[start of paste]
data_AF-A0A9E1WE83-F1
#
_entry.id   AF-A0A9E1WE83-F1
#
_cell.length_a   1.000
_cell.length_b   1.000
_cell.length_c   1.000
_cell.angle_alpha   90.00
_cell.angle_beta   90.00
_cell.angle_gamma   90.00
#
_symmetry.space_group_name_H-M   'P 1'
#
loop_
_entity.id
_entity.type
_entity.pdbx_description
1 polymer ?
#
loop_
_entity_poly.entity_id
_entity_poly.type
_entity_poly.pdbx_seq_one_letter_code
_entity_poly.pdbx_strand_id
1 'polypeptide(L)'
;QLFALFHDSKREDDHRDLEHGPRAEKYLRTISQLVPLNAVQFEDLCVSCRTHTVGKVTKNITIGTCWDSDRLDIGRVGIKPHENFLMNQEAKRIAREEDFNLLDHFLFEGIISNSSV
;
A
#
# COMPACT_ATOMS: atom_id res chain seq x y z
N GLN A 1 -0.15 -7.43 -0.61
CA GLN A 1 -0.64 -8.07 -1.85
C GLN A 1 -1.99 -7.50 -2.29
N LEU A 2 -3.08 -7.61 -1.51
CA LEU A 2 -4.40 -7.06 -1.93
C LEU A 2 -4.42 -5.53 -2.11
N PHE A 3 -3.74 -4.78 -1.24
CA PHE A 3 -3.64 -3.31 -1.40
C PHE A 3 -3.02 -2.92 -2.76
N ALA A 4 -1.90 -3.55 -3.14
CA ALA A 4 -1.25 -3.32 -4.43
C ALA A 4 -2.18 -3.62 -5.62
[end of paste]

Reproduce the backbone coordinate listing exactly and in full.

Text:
data_AF-A0A9E1WE83-F1
#
_entry.id   AF-A0A9E1WE83-F1
#
_cell.length_a   1.000
_cell.length_b   1.000
_cell.length_c   1.000
_cell.angle_alpha   90.00
_cell.angle_beta   90.00
_cell.angle_gamma   90.00
#
_symmetry.space_group_name_H-M   'P 1'
#
loop_
_entity.id
_entity.type
_entity.pdbx_description
1 polymer ?
#
loop_
_entity_poly.entity_id
_entity_poly.type
_entity_poly.pdbx_seq_one_letter_code
_entity_poly.pdbx_strand_id
1 'polypeptide(L)'
;QLFALFHDSKREDDHRDLEHGPRAEKYLRTISQLVPLNAVQFEDLCVSCRTHTVGKVTKNITIGTCWDSDRLDIGRVGIKPHENFLMNQEAKRIAREEDFNLLDHFLFEGIISNSSV
;
A
#
# COMPACT_ATOMS: atom_id res chain seq x y z
N GLN A 1 -0.15 -7.43 -0.61
CA GLN A 1 -0.64 -8.07 -1.85
C GLN A 1 -1.99 -7.50 -2.29
N LEU A 2 -3.08 -7.61 -1.51
CA LEU A 2 -4.40 -7.06 -1.93
C LEU A 2 -4.42 -5.53 -2.11
N PHE A 3 -3.74 -4.78 -1.24
CA PHE A 3 -3.64 -3.31 -1.40
C PHE A 3 -3.02 -2.92 -2.76
N ALA A 4 -1.90 -3.55 -3.14
CA ALA A 4 -1.25 -3.32 -4.43
C ALA A 4 -2.18 -3.62 -5.62